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Alcoholic products | Patrick Brazeau’s new fight



(Ottawa) Alcohol contributed to Patrick Brazeau’s long descent into hell 10 years ago. Now sober, the senator wants to educate the public about some little-known harms caused by every glass of wine, beer or spirits. He introduced a bill to add labels to bottles to warn people of the link between alcohol consumption and the development of cancer.

“It comes to get me because it almost ended my life, he confides in an interview. If it hadn’t been for alcohol, I would never have made two suicide attempts. »

He admits to having consumed “more than 15 bottles of beer” and drank more than 1 liter of scotch when he tried to end it for the second time, in 2016. He was then still entangled in the scandal of the expenses of the Senate. The fraud and breach of trust charges were later dropped. The court also gave him an absolute discharge on other charges of common assault and possession of cocaine.

Upon his return to work, he began to do research and discovered to his amazement that there was a scientifically proven link between the consumption of alcoholic beverages and several types of cancer. The World Health Organization has targeted seven: cancer of the mouth, throat, larynx, esophagus, breast in women, liver and colorectal cancer.

It’s not up to me to tell people what to do or what not to do. Me, I made the choice to be sober. It will be three years next March. I know that I will never touch another drop of alcohol in my life.

Patrick Brazeau

He believes, however, that people should be aware that their consumption could cause them to develop cancerous tumors. “We now know that the risk of cancer or death from a cigarette is the same as from a drink of alcohol,” said Tim Stockwell, a researcher at the Canadian Institute for Substance Use Research at the University of Victoria.

Test halted in Yukon

The professor had tried in 2017 to test the impact of warnings on bottles sold in Yukon stores to inform consumers of the carcinogenic effect of alcohol. The territorial government finally gave in to industry pressure and ended the Health Canada-funded study after 29 days.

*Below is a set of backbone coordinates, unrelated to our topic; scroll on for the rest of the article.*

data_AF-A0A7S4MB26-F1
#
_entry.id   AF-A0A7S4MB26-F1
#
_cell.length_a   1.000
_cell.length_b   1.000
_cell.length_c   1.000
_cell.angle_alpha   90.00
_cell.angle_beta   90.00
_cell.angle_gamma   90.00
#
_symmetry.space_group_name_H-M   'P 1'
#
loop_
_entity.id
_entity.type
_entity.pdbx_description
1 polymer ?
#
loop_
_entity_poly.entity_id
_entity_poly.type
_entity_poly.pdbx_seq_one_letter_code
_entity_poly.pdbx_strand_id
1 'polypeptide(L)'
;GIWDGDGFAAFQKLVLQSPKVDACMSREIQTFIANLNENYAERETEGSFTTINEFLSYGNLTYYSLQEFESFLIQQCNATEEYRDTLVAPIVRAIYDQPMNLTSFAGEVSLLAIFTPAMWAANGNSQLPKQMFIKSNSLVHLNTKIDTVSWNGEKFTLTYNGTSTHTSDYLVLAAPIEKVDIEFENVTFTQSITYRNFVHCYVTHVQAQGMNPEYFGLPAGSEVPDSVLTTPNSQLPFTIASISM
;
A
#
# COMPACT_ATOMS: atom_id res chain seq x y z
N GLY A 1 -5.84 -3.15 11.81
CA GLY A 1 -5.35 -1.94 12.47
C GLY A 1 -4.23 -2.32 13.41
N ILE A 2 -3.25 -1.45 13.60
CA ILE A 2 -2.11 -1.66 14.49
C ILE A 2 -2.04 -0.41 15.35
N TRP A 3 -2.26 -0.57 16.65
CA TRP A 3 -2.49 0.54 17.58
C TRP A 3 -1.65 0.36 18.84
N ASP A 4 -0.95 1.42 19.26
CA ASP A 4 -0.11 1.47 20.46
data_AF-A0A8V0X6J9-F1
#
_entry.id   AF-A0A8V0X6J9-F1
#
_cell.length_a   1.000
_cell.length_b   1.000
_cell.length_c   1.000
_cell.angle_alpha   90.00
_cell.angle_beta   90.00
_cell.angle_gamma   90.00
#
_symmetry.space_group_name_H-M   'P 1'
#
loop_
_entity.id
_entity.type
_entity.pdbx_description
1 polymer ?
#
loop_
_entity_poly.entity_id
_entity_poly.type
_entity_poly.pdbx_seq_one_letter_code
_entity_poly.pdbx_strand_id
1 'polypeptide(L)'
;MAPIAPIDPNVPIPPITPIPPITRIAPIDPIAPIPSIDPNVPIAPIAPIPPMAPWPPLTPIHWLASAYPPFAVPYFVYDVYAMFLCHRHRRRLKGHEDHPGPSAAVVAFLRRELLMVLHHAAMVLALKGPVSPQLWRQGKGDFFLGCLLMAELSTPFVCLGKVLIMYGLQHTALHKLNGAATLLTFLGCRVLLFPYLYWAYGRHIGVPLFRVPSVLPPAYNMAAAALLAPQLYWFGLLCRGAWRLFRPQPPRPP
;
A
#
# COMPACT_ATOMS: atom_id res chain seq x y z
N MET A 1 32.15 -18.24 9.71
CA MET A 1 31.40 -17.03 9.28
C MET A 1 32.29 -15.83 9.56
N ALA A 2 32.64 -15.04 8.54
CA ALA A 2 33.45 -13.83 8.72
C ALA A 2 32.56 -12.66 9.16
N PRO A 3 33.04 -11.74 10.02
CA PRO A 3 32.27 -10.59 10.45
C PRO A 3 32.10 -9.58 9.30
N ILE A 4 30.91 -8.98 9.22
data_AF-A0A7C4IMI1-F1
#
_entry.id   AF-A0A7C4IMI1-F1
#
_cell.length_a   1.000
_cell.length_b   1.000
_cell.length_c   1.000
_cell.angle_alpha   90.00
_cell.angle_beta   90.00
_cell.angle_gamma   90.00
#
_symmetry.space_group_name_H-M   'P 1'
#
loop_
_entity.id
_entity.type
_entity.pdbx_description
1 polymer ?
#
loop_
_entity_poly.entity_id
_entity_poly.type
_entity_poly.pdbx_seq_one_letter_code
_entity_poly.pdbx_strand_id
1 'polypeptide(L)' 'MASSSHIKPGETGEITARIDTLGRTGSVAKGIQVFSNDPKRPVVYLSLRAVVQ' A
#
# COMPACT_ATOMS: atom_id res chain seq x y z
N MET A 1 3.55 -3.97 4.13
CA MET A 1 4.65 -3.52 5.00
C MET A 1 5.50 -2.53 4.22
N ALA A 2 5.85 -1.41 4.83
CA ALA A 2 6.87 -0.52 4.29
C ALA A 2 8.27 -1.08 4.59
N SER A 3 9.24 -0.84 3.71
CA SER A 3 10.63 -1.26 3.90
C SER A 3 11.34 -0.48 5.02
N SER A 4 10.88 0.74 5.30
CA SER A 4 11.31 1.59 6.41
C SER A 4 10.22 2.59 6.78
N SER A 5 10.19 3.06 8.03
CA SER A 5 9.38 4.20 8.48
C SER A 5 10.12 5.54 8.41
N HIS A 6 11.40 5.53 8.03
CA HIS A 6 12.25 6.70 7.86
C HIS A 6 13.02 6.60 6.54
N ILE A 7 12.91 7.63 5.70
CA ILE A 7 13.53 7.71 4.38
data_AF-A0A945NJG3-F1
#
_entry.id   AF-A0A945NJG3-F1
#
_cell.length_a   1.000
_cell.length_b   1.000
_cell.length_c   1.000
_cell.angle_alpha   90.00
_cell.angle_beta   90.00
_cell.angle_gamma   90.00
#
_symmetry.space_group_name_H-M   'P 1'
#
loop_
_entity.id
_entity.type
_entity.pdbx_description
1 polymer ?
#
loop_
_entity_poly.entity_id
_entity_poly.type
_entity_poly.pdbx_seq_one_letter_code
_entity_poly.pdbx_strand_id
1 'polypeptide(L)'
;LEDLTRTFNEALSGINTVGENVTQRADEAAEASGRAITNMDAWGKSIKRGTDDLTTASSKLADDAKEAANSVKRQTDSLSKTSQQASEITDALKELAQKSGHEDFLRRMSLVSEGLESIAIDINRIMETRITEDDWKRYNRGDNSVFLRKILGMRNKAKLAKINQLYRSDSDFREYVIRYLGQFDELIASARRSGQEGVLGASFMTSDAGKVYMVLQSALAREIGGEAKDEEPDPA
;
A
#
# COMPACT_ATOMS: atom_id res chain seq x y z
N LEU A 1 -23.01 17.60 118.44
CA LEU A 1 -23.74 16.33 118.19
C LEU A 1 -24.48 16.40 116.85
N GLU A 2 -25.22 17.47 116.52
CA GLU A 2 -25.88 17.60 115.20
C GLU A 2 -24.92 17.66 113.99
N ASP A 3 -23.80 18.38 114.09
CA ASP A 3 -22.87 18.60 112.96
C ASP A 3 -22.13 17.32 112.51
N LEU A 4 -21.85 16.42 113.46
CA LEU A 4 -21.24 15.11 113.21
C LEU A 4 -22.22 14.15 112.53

They wrote to my university threatening legal action, to Ontario Public Health where my colleague worked, they assaulted Health Canada saying the territorial government had no right or authority to stick these labels on their bottles, that they mislead people and that they are defamatory.

Tim Stockwell, researcher at the Canadian Institute for Substance Use Research at the University of Victoria

Patrick Brazeau is not fooled. He knows very well that he is embarking on a long fight, especially since it is a private initiative, since he is not affiliated with any political party. “I’m not going to give in,” he said. My health is good. I have about 27 years left in the Senate. The fight took between 25 and 30 years with the tobacco industry, so if my calculations are correct, maybe we will get there within that time frame. »

He recalls that his boxing fight against Justin Trudeau in 2012 was intended to raise funds for cancer research. He also wants to honor a promise made to his mother, who died of this disease in 2004. And his most difficult battle, he says he fights it every day.

The 48-year-old senator chose to focus on the link between alcohol and cancer to simplify his bill and thus maximize its chances of success. The labels he proposes for the bottles would indicate the volume of a standard glass, the number of glasses they contain, the one not to exceed to avoid significant health risks – and a message to inform consumers of the link between alcohol consumption and the development of deadly cancers.

Opposition from brewers

Beer Canada, which represents many brewers across the country, argues that the labels “have no impact on average alcohol consumption and also have little impact on improving knowledge of the risks “.

The labels instead represent “a promising intervention,” according to Catherine Paradis, acting associate director of research at the Canadian Center on Substance Use and Addiction. She has been working for the past few years on the development of new federal guidelines on alcohol consumption.

“When we carried out public consultations as part of this project, we realized how excessively low alcohol-related literacy is in Canada,” she points out.

About 20% of people are aware of the link between alcohol and cancer. It’s really misunderstood.

Catherine Paradis, Acting Associate Director of Research, Canadian Center on Substance Use and Addiction

Health Canada, like Éduc’alcool, recommends not exceeding 2 glasses of alcohol per day and a maximum of 10 per week for women. For men, it’s 3 daily drinks and a maximum of 15 per week. The new federal directives will be known on January 17.

Need help ?

If you need support, if you are having suicidal thoughts or if you are worried about someone close to you, call 1 866 APPELLE (1 866 277-3553). A suicide prevention worker is available to you 24 hours a day, seven days a week.

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